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O.C. Plan Tries to Bring English Home

Santa Ana's Chamber of Commerce aims to raise language skills of 50,000 adults with local classes.

November 05, 2005|Jennifer Delson | Times Staff Writer

In Santa Ana, which has one of the highest concentration of Spanish-speakers in the nation, the Chamber of Commerce is embarking on an ambitious effort to improve the English skills of city residents.

"If you don't have English competency, your chances to be self sufficient and live [well] in our society are very difficult," said Michael Metzler, president of the business group.

By July, the chamber expects to begin bringing more than 500 instructors into neighborhoods to teach English to at least 50,000 adults over the next five years.

Dubbing the program a "Marshall plan for English," the chamber likens English Works to the massive U.S. effort to help rebuild Europe after World War II.

English Works is estimated to cost $20 million; the business group has collected $400,000 so far.

It is just one of several major chamber projects underway.

The chamber is also raising $750,000 to open a vocational technology school -- possibly in conjunction with the Santa Ana school system -- in the fall of 2007.

And the group is exploring ideas on improving housing in a city where 20% of residences are considered substandard.

"We not only want to help our people, but these are things that just make good business sense," Metzler said.

These are not unattainable dreams, officials said. The chamber has already raised $900,000 from 65 corporations this year to support several projects, including $200,000 for English Works. Among the contributors are some of the city's large employers, such as First American Corp., Crevier BMW and technology products distributor Ingram Micro Inc.

"Ingram Micro values the power of education and we support the chamber's effort to enhance the future of this dynamic vibrant community," said Ingram spokesperson Chris Kelly.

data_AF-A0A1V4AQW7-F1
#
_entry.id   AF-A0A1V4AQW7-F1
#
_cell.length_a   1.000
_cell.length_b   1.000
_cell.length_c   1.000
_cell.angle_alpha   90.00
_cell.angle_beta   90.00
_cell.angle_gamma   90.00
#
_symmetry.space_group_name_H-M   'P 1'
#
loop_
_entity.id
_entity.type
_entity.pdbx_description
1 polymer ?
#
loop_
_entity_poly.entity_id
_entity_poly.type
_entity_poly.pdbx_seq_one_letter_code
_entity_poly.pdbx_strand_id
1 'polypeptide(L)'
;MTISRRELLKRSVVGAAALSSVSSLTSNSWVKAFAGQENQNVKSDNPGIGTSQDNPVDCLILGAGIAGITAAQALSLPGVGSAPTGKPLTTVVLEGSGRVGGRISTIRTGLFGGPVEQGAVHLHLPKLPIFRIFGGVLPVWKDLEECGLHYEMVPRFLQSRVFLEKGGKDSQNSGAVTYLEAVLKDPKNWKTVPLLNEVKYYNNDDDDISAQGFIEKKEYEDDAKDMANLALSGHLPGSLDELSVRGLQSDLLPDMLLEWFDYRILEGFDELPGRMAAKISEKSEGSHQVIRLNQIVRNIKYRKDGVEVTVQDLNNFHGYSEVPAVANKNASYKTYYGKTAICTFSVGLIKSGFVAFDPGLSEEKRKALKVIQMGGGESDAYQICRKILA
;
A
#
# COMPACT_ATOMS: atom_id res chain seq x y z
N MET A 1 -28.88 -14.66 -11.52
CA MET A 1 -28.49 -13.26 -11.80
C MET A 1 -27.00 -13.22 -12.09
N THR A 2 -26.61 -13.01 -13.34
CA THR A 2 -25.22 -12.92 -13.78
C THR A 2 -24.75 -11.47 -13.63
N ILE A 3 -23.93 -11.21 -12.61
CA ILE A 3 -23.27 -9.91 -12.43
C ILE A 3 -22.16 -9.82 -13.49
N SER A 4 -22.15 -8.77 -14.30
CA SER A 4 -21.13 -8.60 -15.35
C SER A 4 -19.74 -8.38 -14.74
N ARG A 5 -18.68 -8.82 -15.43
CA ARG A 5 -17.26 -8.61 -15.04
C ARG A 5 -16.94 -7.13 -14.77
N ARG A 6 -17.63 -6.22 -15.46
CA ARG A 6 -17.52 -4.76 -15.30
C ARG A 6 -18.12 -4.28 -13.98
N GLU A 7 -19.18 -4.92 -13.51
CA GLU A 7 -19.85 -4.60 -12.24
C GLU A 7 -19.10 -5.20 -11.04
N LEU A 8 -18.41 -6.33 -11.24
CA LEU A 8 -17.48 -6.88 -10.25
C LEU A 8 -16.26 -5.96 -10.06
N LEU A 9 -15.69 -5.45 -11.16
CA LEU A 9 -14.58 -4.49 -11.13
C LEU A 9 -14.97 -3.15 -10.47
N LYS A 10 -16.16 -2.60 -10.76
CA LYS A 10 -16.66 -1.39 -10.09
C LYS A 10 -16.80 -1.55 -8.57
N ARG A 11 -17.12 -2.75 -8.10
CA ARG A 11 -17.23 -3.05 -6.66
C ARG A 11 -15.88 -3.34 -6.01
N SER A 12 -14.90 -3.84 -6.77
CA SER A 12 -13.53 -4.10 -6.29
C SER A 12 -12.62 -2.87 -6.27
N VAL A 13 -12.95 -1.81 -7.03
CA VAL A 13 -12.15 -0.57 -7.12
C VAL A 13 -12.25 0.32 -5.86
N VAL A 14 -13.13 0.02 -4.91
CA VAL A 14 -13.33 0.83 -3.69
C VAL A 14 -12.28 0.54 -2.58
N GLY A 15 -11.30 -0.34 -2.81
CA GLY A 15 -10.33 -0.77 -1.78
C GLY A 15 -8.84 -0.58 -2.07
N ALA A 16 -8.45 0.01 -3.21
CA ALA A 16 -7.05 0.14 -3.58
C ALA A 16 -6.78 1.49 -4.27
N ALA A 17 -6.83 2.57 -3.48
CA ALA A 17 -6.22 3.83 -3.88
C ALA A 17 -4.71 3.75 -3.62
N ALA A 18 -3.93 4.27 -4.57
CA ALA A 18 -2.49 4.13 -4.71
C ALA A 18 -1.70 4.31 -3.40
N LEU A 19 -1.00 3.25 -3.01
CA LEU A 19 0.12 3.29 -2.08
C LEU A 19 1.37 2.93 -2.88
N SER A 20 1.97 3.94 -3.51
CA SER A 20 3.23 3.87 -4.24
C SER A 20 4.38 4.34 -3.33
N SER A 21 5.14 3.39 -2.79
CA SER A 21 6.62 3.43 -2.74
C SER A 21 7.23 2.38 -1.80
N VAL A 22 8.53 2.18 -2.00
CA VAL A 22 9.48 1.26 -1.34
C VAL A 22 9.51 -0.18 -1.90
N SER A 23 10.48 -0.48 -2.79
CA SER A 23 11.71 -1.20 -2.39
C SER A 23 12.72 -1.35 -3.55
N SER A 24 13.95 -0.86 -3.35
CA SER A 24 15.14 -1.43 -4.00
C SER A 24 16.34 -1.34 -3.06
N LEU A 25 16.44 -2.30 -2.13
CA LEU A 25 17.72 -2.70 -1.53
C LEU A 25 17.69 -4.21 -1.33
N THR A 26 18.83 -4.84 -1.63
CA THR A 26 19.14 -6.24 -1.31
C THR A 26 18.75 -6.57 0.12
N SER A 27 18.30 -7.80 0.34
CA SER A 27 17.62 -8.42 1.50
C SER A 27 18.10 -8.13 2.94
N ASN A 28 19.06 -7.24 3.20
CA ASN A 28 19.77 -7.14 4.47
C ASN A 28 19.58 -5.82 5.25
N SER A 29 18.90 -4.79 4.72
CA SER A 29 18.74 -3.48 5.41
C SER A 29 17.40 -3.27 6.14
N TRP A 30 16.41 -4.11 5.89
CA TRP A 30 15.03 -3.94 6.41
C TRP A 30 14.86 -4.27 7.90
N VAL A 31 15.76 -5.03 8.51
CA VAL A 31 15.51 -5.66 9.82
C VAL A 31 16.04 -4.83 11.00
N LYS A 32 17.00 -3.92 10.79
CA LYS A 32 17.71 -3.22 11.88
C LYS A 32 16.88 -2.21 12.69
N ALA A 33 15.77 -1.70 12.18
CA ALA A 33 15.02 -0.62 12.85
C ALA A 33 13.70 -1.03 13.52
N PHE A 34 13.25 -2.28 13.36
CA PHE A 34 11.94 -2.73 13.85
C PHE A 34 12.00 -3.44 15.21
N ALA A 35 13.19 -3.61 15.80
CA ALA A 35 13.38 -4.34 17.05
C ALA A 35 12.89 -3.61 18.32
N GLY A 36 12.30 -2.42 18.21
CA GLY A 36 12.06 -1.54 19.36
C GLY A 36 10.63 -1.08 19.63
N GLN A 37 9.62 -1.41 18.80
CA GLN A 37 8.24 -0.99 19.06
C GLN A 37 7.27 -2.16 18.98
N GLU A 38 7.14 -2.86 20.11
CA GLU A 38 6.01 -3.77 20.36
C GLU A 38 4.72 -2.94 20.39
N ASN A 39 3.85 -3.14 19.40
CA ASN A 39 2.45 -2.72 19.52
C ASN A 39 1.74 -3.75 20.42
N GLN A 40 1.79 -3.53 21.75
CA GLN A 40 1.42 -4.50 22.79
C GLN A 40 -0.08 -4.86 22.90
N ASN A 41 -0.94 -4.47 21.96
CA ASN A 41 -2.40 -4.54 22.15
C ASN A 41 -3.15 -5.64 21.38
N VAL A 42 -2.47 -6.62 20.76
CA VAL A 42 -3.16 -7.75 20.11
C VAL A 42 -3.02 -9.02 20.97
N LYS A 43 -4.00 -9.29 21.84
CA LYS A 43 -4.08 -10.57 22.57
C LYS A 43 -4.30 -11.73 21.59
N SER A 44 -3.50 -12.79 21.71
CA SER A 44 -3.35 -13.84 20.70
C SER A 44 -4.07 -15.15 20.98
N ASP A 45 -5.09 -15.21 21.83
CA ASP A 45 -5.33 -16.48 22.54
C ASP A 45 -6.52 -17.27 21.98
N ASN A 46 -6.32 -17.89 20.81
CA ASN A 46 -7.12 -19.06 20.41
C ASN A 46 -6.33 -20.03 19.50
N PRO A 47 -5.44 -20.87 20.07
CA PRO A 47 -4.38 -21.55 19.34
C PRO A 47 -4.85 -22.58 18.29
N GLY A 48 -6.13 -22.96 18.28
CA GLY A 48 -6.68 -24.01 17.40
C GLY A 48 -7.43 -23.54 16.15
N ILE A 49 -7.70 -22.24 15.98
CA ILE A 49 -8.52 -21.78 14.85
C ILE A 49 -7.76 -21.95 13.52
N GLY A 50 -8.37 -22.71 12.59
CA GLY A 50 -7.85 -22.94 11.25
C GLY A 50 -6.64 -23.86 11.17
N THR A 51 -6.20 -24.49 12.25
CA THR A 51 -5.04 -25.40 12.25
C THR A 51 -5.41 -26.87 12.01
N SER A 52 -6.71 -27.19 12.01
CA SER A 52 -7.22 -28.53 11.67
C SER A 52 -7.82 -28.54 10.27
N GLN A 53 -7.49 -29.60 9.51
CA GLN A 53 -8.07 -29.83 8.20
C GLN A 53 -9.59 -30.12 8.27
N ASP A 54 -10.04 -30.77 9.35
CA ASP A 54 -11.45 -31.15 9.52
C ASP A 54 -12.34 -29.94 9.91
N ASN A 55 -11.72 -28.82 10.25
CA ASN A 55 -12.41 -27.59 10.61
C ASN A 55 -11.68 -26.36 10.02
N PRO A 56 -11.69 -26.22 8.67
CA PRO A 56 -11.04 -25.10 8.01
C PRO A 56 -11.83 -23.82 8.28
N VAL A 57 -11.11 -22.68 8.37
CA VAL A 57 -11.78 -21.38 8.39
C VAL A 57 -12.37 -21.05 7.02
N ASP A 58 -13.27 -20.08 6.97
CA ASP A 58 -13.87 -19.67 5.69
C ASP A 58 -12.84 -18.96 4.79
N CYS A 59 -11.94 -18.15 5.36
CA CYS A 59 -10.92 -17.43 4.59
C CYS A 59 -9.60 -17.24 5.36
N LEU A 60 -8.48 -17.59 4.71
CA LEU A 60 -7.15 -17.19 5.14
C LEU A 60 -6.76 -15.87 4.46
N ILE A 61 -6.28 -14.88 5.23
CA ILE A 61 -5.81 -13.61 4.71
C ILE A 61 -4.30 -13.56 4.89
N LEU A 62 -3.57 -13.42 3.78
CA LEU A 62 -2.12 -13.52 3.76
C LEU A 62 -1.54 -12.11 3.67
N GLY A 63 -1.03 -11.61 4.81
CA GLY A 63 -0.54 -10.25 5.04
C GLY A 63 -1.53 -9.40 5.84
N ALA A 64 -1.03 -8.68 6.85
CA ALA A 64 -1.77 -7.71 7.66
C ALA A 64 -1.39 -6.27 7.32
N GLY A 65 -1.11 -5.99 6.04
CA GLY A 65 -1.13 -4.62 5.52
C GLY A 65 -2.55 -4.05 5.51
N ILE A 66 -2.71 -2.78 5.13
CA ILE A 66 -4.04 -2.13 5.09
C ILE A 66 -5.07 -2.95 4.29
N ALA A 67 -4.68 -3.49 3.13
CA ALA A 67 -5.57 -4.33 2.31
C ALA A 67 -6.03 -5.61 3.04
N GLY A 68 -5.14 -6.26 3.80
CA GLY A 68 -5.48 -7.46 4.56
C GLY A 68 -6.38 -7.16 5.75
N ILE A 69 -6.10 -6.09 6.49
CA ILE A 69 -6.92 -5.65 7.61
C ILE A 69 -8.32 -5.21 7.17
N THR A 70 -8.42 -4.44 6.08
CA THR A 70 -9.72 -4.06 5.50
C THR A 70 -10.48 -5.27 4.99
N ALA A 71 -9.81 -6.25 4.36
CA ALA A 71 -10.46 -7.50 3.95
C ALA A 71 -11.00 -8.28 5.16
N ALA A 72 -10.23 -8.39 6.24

English Works is getting positive reviews.

"We have so many English learners that anything that the business community and other partners can do to promote English is to be commended," said City Councilman Jose Solorio. The chamber hopes the city will make a major contribution as well.

English Works seeks to make residents English proficient, not necessarily fluent. The chamber has been crafting the program for months with help from the Rancho Santiago Community College District, which gave $200,000 for the effort.

The chamber estimates that $20 million will be needed to make the 50,000 students proficient. The group hopes to raise money from local businesses, corporations and garner state and federal funds.

Some of the English classes might be offered through existing programs, which would cover some of the costs, officials said.

The program is expected to reach 2,500 students in 2006, 7,500 in 2007, and 15,000 in 2008 and 25,000 in 2009. The business group hopes to make the classes free to the students.

The effort is not just good for the city's thousands of immigrants, organizers say, but also is invaluable for businesses.

Metzler says Orange County businesses are scrambling to find enough English-speaking workers in their diverse communities.

According to the 2000 census, residents in more than half of the households in Anaheim, Santa Ana, Stanton and Westminster say they speak a language other than English at home. In Santa Ana, it's 79% of the residents compared with 42% in Orange County and 39% statewide. About 15% of those 18 to 64 years old in Santa Ana speak no English -- nearly four times the California average.

Joe Mutter, a sales manager at TDI Custom Packing in Santa Ana, said his company would benefit from the chamber's campaign. The firm manufactures plastic bags.

It would be hard to communicate with many of the company's employees without his long-time bilingual foreman, he said.

"We have to communicate through [the foreman]," Mutter said. "It would be easier, and probably more efficient, if we could just say, 'Hey, can you do it this way?' "

Efforts to increase English proficiency are not new.

All kinds of English classes abound at colleges, community centers, schools and churches. This fall, 19,139 students are enrolled in English classes at Santa Ana College and Santiago Canyon College in Orange, both of which are in the Rancho Santiago Community College District.

The classes offered at those colleges will benefit from the chamber campaign, which would expand existing college programs, said District Chancellor Eddie Hernandez Jr.

"It's becoming harder and harder for businesses in central Orange County to find qualified workers. It's important that we do the best we can to meet that need," Hernandez said.

Part of the problem, Metzler said, is that students lack time, child care and transportation to get to classes.

The chamber wants teachers to go into the neighborhoods to offer the English classes.

Students who travel to take English classes say they know they are a minority.

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